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Does Green Need to Cost More?

December 3rd, 2013 | Posted by EnergyEarth in Green Tips - (0 Comments)

Does Green Need to Cost More? {The Dirt on Green}

No, It Doesn’t.

Too often going green is thought of as a choice made by only hippies or the wealthy. The good news is that going green doesn’t mean you have to drive a hybrid car or shop at a fancy health food store in your organic cotton, fair trade Recycle or Bust! t-shirt.

Think for a moment about the original green advocates: your grandparents or great grandparents. Living in the shadow of the Great Depression, they were incredibly frugal – which coincided perfectly with green.  So many of the things they did to save water, electricity and money make great lessons for us today.

Change a Few Habits and Think Long Term

The key is to recycle, reuse, upcycle and reduce waste in every area of your life – not just your plastic bottles and junk mail. There are plenty of free and inexpensive ways to go green all around you.

Does Green Need to Cost More? {The Dirt on Green}

Save: Water

The least expensive way to reduce water consumption is through better habits!

–          Don’t let it run!

–          Stop leaks

–          Don’t over water gardens and lawns

–          Use less hot water

–          Find out where your water comes from

A small investment in a few simple devices will save you in the long term.

–          Faucet aerators

–          Low flow shower heads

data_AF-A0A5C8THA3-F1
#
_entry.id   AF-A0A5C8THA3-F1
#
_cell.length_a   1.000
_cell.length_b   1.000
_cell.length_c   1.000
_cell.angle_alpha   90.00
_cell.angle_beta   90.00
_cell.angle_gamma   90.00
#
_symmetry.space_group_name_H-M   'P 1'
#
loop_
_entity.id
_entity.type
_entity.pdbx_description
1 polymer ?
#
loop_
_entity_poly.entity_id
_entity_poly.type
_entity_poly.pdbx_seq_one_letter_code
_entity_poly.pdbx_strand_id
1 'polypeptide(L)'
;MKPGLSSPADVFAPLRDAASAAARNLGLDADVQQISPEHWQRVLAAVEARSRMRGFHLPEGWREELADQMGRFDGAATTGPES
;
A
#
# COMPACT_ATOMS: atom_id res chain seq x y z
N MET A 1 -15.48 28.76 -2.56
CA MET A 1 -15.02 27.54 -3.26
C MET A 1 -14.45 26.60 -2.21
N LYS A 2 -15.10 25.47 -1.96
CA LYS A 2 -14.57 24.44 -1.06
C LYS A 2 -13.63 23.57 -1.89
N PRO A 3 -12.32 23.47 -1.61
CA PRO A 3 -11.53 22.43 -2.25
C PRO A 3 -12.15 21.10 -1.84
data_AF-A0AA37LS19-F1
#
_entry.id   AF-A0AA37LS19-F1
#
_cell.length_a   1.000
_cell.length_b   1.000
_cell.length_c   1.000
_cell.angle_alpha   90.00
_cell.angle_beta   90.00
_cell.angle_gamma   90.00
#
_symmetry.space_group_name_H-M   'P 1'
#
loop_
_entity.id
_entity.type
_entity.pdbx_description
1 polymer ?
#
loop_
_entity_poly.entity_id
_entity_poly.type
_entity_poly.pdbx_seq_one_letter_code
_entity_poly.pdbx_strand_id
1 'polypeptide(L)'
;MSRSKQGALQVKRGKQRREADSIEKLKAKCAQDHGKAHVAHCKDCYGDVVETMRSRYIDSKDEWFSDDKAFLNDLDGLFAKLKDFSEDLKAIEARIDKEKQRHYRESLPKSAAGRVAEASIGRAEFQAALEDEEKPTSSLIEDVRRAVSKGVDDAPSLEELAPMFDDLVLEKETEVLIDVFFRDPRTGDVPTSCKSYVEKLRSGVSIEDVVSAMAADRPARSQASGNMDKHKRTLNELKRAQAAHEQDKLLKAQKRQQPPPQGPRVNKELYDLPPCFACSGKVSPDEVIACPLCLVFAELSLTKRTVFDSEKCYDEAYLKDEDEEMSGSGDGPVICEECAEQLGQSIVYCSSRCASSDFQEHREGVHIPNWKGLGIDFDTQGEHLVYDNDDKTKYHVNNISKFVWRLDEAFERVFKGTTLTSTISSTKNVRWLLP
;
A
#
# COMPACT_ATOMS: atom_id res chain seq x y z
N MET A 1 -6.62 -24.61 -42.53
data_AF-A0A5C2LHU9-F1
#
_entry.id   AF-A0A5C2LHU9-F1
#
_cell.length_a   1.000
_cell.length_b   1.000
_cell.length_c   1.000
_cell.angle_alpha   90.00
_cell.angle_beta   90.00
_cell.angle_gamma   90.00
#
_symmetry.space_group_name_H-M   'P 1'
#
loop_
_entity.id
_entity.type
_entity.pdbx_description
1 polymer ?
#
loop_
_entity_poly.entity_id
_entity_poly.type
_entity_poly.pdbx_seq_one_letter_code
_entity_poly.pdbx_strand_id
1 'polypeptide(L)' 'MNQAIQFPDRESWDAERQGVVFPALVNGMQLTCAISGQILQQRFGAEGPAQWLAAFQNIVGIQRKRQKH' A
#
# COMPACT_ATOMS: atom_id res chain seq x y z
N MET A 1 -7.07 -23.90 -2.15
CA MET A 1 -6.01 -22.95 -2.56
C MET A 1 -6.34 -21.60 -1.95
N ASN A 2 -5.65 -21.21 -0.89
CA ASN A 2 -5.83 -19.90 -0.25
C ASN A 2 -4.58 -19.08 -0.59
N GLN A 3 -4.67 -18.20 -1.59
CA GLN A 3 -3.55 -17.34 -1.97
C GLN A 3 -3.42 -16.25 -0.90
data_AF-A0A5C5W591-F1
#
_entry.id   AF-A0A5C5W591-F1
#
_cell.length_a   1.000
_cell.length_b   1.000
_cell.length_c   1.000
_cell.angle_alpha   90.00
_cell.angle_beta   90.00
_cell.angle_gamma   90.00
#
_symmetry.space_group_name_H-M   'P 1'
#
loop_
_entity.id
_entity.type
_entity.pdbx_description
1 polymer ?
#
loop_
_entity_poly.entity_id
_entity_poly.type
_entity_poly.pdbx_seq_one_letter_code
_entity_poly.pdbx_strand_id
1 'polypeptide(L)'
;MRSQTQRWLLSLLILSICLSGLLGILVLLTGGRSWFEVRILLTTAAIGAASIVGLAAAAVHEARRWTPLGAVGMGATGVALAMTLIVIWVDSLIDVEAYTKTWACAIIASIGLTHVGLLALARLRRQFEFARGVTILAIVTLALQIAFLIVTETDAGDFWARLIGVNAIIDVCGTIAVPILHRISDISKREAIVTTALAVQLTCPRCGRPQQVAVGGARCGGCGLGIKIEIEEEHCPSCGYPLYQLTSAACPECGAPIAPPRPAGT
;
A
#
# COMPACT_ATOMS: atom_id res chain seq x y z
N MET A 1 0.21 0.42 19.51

–          Rain barrels (see our previous article about how much they can save you!)

Does Green Need to Cost More? {The Dirt on Green}

Save: Electricity

The best way to use less electricity is by changing your habits!

–          Turn off your lights when they’re not in use

–          Turn off devices when not in use

–          Adjust your thermostat

Plus, get a few helpful devices. A small investment upfront will save you in the long term.

–          Motion control light switches

–          Energy efficient lighting

–          Smart power switches

–          Improve insulation

–          Programmable thermostats

Does Green Need to Cost More? {The Dirt on Green}

Save: Upcycling

–          Reuse old clothes

–          Find new purposes for forgotten items

–          Donate unwanted items to a local charity

Does Green Need to Cost More? {The Dirt on Green}

Save: Real Estate

Green building doesn’t need to cost more.

–          Going green actually increases real estate value

–          ENERGY STAR® certification can increase your home’s market value

Does Green Need to Cost More? {The Dirt on Green}

More Ways to Save

–          Grow some of your own food

–          Hang dry your clothes

–          Make your own green cleaning products

–          Drink your tap water instead of buying bottles

–          Increase your fuel efficiency

What’s your favorite way to save? Tell us in the comments!

—The EnergyEarth Team

© 2013 Energy Earth LLC. All Rights Reserved.

How Does a Dimmer Switch Work?

September 10th, 2013 | Posted by EnergyEarth in Green Tips - (0 Comments)

Good lighting in your home is one of the most important customizations you can make. The light levels in your home have a huge effect on how you and your family feel and what tasks you can and cannot do. Every room in your home has multiple purposes and these different functions need various amounts of light. You can’t read very easily by a 15 watt incandescent and a romantic dinner isn’t so romantic by the light of a bright spotlight. You can save power by simply using the proper amount of light for the activity!

Enter: the dimmer switch. These money and energy saving accessories enable you to adjust light levels from nearly dark to full brightness with a simple slider or a knob.

How Does a Dimmer Switch Work? {The Dirt on Green}

So how do they work?

Instead of diverting energy from the light bulb into a resistor, modern resistors rapidly shut the light circuit off and on to reduce the total amount of energy flowing through the circuit.